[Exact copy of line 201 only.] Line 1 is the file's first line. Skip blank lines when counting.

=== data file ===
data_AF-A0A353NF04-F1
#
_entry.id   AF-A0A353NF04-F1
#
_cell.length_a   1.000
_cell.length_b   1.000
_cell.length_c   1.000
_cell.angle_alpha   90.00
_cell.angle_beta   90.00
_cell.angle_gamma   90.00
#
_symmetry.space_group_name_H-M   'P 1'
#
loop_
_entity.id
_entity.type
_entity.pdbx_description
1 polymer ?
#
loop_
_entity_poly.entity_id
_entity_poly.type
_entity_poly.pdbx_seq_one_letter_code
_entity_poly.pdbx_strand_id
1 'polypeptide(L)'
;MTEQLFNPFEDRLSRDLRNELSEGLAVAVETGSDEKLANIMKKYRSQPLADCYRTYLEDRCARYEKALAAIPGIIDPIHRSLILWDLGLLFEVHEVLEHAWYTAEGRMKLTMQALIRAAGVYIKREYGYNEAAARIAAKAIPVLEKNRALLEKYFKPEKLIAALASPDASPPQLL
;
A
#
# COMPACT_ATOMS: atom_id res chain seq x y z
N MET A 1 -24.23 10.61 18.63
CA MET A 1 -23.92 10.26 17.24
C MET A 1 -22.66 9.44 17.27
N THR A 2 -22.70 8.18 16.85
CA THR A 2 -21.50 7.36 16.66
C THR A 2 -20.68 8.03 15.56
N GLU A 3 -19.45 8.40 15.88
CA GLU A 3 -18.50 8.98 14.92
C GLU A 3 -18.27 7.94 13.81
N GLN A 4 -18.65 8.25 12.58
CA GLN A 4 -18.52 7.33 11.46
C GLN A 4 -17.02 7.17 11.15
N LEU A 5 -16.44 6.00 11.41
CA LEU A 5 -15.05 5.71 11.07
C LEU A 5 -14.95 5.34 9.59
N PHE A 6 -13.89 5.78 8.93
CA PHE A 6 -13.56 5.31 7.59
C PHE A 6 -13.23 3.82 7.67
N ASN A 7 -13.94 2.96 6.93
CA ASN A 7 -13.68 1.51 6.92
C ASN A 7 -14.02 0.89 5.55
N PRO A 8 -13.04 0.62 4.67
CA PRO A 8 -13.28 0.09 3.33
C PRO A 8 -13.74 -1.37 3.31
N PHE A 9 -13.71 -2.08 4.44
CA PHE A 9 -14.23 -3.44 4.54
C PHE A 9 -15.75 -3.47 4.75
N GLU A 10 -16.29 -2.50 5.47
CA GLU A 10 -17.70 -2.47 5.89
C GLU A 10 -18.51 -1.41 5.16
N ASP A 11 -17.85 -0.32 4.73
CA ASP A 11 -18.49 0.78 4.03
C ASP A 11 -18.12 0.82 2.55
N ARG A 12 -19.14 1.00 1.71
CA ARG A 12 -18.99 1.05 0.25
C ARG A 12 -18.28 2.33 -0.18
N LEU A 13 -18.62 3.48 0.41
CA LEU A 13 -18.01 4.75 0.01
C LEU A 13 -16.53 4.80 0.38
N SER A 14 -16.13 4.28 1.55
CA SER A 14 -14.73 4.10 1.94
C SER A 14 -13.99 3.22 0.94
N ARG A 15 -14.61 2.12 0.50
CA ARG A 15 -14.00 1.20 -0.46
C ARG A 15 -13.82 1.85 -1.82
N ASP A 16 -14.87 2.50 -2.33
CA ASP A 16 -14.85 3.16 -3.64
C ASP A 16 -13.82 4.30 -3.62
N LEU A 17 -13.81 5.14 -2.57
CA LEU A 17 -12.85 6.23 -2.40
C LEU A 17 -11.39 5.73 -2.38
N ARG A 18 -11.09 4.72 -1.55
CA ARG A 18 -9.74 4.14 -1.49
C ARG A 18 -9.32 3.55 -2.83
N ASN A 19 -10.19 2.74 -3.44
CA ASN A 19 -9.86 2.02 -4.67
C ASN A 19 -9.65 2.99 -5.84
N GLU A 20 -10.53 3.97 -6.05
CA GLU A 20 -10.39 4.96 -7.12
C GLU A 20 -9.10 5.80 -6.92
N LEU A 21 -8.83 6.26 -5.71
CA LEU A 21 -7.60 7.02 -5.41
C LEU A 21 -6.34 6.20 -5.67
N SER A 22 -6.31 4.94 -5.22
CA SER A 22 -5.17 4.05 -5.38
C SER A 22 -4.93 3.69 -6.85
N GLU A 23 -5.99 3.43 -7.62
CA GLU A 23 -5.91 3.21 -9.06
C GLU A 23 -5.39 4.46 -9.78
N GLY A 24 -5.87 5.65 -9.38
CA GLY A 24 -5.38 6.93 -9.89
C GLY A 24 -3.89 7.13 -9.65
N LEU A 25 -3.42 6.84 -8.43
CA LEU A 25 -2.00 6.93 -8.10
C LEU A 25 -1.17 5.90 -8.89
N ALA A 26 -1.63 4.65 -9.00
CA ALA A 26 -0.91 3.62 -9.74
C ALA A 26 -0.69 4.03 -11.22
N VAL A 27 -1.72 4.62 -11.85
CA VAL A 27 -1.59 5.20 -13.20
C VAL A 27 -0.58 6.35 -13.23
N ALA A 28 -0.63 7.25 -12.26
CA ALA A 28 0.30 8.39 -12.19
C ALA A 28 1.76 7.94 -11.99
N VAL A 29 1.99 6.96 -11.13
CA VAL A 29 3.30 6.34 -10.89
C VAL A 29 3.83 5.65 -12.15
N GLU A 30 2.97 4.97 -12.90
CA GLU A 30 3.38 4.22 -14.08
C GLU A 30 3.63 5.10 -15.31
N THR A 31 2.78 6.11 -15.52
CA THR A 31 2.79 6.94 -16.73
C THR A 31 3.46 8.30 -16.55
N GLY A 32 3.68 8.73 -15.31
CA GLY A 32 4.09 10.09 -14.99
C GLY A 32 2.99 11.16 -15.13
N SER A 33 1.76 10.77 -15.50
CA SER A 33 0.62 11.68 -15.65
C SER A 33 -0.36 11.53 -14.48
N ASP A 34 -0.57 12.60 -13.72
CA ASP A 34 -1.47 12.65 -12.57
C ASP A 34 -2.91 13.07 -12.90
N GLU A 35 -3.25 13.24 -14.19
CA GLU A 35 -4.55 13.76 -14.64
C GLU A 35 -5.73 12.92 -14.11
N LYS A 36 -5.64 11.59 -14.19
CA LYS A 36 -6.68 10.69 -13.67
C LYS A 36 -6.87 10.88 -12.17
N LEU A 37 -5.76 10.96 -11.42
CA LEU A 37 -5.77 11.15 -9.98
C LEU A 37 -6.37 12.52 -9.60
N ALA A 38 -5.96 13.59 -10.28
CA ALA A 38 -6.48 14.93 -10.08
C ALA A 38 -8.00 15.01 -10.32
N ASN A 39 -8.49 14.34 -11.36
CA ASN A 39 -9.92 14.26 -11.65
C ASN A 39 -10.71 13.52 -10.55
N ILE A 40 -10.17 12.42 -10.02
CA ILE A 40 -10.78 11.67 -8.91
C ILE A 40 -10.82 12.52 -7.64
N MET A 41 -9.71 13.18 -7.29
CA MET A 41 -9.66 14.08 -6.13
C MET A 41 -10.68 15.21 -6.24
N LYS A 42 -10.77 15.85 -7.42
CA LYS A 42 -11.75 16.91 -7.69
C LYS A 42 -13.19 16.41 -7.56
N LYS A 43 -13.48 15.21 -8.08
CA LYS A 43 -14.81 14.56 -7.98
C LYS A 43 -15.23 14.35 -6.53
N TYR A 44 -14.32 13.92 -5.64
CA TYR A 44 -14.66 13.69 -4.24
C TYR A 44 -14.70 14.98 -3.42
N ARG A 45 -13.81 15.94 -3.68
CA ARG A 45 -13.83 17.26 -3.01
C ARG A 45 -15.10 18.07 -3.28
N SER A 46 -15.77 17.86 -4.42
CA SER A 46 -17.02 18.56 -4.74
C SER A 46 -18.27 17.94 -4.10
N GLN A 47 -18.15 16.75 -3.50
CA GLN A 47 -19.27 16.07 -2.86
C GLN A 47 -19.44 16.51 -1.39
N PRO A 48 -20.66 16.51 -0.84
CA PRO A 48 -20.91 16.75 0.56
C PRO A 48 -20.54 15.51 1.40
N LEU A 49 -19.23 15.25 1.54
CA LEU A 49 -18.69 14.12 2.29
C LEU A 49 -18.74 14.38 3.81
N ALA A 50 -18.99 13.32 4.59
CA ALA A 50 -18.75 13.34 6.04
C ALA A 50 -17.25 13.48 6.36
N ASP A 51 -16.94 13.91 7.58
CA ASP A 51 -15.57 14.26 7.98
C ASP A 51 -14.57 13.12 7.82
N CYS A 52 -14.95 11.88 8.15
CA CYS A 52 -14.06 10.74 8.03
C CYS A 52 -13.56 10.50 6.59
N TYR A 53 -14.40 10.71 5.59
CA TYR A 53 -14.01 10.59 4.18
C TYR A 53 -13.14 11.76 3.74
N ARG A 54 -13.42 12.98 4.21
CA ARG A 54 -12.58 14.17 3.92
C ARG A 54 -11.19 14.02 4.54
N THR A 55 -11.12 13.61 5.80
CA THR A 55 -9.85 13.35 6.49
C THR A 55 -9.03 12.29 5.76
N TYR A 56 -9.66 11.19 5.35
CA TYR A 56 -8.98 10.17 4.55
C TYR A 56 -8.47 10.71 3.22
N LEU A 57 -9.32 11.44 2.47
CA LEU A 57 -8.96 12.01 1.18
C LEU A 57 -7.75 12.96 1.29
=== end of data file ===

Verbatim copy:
C LEU A 57 -7.75 12.96 1.29